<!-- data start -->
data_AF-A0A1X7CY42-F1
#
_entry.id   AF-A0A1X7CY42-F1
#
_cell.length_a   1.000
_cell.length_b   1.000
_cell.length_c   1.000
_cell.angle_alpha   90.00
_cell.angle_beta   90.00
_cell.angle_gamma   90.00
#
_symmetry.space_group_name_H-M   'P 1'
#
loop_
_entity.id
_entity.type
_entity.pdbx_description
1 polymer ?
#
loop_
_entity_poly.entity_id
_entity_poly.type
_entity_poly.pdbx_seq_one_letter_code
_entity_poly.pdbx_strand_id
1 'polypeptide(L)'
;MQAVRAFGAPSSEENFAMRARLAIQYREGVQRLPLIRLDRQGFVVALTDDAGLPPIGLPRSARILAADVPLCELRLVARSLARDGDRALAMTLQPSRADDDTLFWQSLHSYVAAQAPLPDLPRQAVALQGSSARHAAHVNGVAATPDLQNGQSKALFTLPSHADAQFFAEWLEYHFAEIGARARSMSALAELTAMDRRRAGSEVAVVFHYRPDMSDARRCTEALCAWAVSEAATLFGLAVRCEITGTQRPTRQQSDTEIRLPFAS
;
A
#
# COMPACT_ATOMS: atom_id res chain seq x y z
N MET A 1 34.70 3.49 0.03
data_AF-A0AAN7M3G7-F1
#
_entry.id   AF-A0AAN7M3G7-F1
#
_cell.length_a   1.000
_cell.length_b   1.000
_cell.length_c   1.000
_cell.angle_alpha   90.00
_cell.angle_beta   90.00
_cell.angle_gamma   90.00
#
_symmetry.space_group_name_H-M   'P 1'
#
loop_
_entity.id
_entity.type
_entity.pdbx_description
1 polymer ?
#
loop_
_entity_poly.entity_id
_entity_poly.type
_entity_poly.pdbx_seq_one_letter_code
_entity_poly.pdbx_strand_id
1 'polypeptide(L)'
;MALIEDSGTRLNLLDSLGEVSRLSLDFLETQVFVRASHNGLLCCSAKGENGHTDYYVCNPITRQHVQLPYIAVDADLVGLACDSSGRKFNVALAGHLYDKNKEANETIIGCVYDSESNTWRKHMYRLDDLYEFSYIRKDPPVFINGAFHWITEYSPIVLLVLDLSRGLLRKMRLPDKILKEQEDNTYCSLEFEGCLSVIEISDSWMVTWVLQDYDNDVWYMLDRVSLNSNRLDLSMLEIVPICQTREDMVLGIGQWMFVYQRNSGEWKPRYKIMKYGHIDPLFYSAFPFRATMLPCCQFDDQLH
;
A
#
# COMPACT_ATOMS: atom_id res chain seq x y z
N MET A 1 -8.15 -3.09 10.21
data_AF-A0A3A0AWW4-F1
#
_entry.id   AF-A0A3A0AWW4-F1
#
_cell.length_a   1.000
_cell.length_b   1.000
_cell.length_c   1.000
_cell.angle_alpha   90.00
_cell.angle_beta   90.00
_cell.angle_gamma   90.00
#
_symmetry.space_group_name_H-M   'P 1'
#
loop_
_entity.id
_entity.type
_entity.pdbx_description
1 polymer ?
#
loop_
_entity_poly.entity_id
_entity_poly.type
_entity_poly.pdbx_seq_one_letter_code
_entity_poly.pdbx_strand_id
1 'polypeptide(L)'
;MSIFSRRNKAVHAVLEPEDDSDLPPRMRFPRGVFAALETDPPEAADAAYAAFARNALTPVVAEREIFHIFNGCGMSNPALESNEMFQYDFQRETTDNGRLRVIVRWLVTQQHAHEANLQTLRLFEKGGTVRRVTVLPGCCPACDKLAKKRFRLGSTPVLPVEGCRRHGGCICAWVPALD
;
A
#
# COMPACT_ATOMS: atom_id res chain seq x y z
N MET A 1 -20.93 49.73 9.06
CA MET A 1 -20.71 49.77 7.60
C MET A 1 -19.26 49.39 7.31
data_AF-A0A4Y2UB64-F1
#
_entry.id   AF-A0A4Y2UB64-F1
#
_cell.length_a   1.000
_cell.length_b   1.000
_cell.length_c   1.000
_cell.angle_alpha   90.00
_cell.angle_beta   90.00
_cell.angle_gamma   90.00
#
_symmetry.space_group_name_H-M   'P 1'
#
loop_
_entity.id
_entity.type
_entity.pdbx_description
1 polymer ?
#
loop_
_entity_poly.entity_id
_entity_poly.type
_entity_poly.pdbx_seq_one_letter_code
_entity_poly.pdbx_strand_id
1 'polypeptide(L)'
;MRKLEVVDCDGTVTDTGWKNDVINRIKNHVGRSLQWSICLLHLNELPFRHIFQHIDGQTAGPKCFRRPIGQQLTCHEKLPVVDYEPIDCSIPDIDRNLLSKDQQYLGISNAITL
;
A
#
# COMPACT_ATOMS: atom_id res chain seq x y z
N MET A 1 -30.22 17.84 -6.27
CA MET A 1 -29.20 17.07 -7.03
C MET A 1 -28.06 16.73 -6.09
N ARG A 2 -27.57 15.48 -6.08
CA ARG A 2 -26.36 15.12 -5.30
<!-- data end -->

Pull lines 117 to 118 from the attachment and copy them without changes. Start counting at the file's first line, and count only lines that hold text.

_entity_poly.type
_entity_poly.pdbx_seq_one_letter_code